But by the time I finished the book, I had had my fill of it and didn’t bother watching the film. And still haven’t. I might get round to it.
Anyway, I only mention this now as it’s just happened again.
Wanting something hefty to read during the first coronavirus lockdown this summer I turned to King’s The Stand, that cheery tale of survival in a post-pandemic world that I first waded through in the late 80s. It seemed to be the right thing to do.
Pandemics from Homer to Stephen King: what we can learn from literary history – The Conversation
Literature has a vital role to play in framing our responses to the COVID-19 pandemic. It is worth turning to some of these texts to better understand our reactions and how we might mitigate racism, xenophobia and ableism (discrimination against anyone with disabilities) in the narratives that surround the spread of this coronavirus. Ranging from the classics to contemporary novels, this reading list of pandemic literature offers something in the way of an uncertain comfort, and a guide for what happens next.
I’ve finally got to the end of its 1,152 pages and have learnt that, after having had my fill of it all, a new adaptation is on its way, one that I’m — yet again — in no rush to see.
The 5 most challenging parts of adapting The Stand – Polygon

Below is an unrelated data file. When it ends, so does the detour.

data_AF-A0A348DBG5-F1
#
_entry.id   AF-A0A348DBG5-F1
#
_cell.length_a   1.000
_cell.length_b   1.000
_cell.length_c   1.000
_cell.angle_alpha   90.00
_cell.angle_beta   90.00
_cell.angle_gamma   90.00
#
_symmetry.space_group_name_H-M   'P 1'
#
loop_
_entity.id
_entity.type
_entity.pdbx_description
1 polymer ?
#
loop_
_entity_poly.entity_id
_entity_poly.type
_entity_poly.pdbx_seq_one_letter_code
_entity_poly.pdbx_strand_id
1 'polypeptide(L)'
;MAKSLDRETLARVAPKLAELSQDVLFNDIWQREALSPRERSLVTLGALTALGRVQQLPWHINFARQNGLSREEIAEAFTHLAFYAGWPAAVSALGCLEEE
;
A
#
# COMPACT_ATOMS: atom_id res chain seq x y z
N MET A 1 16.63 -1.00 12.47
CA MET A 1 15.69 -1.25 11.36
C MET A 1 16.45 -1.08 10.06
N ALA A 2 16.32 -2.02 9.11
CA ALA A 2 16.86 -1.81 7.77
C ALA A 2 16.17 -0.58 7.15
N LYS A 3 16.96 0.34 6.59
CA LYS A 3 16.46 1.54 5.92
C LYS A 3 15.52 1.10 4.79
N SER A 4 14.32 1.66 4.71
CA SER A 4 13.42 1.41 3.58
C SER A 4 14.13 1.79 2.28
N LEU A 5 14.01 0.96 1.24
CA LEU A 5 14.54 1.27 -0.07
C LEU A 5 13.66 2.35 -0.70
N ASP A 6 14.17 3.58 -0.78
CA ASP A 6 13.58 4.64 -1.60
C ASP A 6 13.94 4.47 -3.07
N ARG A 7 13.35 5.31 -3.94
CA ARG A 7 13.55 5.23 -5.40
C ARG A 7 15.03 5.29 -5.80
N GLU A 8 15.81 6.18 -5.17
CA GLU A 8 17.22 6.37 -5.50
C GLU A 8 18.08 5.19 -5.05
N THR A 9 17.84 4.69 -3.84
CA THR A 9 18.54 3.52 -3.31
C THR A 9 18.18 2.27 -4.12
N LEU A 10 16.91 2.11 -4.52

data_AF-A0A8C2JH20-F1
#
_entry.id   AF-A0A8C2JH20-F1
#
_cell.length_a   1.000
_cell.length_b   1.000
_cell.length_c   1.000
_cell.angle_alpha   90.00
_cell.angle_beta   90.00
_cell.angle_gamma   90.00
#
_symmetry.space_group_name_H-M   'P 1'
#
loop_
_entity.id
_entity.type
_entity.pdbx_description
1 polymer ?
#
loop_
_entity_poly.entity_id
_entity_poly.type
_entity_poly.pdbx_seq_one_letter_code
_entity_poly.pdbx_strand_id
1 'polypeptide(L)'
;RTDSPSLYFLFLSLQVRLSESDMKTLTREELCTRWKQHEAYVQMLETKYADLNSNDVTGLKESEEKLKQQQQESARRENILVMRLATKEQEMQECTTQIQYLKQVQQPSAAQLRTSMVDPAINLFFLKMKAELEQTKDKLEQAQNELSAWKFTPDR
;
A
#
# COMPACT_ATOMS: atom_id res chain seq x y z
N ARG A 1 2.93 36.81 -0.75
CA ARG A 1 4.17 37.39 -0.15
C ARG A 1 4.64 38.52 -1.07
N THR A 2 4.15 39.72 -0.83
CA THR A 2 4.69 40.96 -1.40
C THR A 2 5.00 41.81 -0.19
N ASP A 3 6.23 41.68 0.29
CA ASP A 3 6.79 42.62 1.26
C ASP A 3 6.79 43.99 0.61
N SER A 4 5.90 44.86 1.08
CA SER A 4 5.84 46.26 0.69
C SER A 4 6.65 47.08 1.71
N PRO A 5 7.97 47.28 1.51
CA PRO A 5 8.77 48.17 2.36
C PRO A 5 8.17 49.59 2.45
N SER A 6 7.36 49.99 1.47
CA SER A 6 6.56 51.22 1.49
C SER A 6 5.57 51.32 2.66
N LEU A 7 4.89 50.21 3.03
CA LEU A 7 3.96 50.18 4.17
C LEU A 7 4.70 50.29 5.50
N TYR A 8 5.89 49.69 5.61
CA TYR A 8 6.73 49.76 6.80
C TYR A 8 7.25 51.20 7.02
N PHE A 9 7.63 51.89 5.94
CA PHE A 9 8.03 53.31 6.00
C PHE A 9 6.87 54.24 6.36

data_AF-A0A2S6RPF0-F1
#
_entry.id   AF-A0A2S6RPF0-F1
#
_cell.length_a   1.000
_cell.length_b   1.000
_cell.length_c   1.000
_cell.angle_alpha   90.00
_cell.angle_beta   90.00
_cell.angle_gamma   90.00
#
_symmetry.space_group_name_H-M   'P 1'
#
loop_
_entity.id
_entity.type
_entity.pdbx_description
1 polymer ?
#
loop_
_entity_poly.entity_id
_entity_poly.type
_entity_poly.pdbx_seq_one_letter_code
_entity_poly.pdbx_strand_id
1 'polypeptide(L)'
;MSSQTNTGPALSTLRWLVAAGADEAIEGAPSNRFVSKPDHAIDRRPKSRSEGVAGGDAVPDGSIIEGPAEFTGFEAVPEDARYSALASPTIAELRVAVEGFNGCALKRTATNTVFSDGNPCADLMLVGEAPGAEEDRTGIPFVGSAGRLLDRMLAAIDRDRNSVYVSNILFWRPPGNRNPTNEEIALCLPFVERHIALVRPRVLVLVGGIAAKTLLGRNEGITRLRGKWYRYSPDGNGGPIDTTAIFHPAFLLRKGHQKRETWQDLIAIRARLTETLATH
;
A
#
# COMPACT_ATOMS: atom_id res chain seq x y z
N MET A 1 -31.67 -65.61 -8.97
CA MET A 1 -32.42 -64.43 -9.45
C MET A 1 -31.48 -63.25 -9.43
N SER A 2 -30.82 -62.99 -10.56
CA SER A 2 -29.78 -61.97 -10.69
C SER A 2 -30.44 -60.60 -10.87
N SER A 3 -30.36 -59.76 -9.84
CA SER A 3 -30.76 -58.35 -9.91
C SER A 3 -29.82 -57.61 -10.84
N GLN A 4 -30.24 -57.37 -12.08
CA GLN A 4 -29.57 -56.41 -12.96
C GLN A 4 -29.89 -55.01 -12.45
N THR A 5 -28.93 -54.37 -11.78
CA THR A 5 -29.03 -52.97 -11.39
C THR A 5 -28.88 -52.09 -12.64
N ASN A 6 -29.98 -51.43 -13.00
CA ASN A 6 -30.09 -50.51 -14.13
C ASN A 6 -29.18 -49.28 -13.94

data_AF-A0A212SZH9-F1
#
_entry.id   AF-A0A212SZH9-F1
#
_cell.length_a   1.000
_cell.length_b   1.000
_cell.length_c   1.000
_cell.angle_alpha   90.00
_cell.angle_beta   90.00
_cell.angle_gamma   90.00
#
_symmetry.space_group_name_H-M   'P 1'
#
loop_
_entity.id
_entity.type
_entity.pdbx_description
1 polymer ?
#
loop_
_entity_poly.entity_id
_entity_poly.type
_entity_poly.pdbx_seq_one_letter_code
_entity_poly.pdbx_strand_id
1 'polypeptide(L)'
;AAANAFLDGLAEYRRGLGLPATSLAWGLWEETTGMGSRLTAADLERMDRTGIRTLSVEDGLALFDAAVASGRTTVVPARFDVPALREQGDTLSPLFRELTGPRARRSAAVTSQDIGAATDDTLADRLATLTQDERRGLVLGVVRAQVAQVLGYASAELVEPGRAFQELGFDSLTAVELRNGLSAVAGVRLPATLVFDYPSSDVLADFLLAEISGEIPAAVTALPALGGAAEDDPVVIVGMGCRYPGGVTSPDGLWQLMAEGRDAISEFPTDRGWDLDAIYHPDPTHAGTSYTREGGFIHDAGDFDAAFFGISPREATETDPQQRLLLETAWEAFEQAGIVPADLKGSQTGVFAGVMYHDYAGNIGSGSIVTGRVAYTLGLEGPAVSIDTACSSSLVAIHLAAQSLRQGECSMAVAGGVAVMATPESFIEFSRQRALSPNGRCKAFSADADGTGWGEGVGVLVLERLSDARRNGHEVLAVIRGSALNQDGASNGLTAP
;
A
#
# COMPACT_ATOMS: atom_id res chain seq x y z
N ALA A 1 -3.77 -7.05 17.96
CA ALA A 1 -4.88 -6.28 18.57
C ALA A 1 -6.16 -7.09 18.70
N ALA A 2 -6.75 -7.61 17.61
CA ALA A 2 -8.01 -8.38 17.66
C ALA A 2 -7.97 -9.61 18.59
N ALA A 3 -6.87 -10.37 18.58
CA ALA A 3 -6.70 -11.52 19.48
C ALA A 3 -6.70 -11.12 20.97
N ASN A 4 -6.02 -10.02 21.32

In a case of what could be considered great or terrible timing, depending on how you look at it, CBS All Access’ The Stand will arrive smack dab in the middle of an actual global pandemic. Will people flock to a show dramatizing a similar (albeit far more deadly) pandemic story when a real one has kept them locked in their homes for nine months?
‘The Stand’ doesn’t play by the book – Rolling Stone
This new version has its inspired moments, like the way Billy Joel’s “The Stranger” somehow turns out to be the perfect theme song for Flagg, but the structure keeps sucking the life out of things, from major characters to more minor ones. The unhinged pyromaniac who calls himself Trashcan Man appears in a parallel narrative throughout the book before playing a huge role in its climax; here (played in suitably off-kilter fashion by Ezra Miller), he doesn’t turn up until the season is more than halfway done. Without the connective tissue, presented in the proper order, little of what we see feels like it matters.
Will this be something to watch if/when it works its way onto a channel I can access? Perhaps I need to wait 30 years again.
First Argos, now IKEA.
The IKEA Catalog is dead. Long live the IKEA Catalog – Print
The company has announced that after seven decades—following an “emotional but rational decision”—the publication is coming to an end. As for the Swedish furniture purveyor’s corporate reasoning, the lines are familiar—IKEA has become increasingly digital, and the catalog has less and less of a place in the modern world. Interestingly, IKEA is also nixing the digital version of the catalog, as well.
Premiere for the IKEA catalogues online! – IKEA Museum
For over 70 years, the IKEA catalogue has been produced in Älmhult, growing in number, scope and distribution. From the 1950s when Ingvar Kamprad wrote most of the texts himself, via the poppy, somewhat radical 1970s, all the way to the scaled-down 1990s and the present day – the IKEA catalogue has always captured the spirit of the time.
OK, don’t mind me, I’m just going to sit here for a while and work my way through all the catalogues from the 90s; Billy bookcases, Poang chairs, prehistoric laptops…
The shops need customers, but do the customers need to be in the shops?
Black Friday’s just round the corner, or is it?